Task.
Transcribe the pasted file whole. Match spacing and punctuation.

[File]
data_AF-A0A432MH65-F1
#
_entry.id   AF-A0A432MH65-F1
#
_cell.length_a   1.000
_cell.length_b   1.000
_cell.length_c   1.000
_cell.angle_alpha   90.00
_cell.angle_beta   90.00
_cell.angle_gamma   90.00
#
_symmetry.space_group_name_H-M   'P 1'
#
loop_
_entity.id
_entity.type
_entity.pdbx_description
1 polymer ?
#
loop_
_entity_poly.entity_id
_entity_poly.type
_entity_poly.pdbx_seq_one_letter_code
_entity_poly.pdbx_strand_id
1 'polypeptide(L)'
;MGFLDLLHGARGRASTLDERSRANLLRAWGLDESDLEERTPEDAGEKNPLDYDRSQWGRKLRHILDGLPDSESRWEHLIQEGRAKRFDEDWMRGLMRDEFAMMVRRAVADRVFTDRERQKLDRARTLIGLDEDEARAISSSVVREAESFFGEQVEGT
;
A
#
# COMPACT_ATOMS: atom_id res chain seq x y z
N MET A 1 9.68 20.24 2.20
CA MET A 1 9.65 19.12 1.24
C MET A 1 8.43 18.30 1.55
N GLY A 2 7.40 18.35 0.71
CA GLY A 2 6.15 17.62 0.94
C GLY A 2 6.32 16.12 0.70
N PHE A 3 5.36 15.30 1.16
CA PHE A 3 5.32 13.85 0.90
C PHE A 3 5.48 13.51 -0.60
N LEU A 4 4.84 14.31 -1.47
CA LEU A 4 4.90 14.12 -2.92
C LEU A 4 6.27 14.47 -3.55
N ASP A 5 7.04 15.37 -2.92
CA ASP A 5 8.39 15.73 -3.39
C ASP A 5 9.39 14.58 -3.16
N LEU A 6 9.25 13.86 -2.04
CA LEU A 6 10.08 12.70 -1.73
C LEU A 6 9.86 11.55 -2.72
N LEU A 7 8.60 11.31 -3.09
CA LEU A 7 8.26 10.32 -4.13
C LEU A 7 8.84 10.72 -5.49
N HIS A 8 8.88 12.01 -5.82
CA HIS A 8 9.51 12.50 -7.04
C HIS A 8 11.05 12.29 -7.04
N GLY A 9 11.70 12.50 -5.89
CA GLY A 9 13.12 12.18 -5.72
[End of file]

data_AF-A0A432MH65-F1
#
_entry.id   AF-A0A432MH65-F1
#
_cell.length_a   1.000
_cell.length_b   1.000
_cell.length_c   1.000
_cell.angle_alpha   90.00
_cell.angle_beta   90.00
_cell.angle_gamma   90.00
#
_symmetry.space_group_name_H-M   'P 1'
#
loop_
_entity.id
_entity.type
_entity.pdbx_description
1 polymer ?
#
loop_
_entity_poly.entity_id
_entity_poly.type
_entity_poly.pdbx_seq_one_letter_code
_entity_poly.pdbx_strand_id
1 'polypeptide(L)'
;MGFLDLLHGARGRASTLDERSRANLLRAWGLDESDLEERTPEDAGEKNPLDYDRSQWGRKLRHILDGLPDSESRWEHLIQEGRAKRFDEDWMRGLMRDEFAMMVRRAVADRVFTDRERQKLDRARTLIGLDEDEARAISSSVVREAESFFGEQVEGT
;
A
#
# COMPACT_ATOMS: atom_id res chain seq x y z
N MET A 1 9.68 20.24 2.20
CA MET A 1 9.65 19.12 1.24
C MET A 1 8.43 18.30 1.55
N GLY A 2 7.40 18.35 0.71
CA GLY A 2 6.15 17.62 0.94
C GLY A 2 6.32 16.12 0.70
N PHE A 3 5.36 15.30 1.16
CA PHE A 3 5.32 13.85 0.90
C PHE A 3 5.48 13.51 -0.60
N LEU A 4 4.84 14.31 -1.47
CA LEU A 4 4.90 14.12 -2.92
C LEU A 4 6.27 14.47 -3.55
N ASP A 5 7.04 15.37 -2.92
CA ASP A 5 8.39 15.73 -3.39
C ASP A 5 9.39 14.58 -3.16
N LEU A 6 9.25 13.86 -2.04
CA LEU A 6 10.08 12.70 -1.73
C LEU A 6 9.86 11.55 -2.72
N LEU A 7 8.60 11.31 -3.09
CA LEU A 7 8.26 10.32 -4.13
C LEU A 7 8.84 10.72 -5.49
N HIS A 8 8.88 12.01 -5.82
CA HIS A 8 9.51 12.50 -7.04
C HIS A 8 11.05 12.29 -7.04
N GLY A 9 11.70 12.50 -5.89
CA GLY A 9 13.12 12.18 -5.72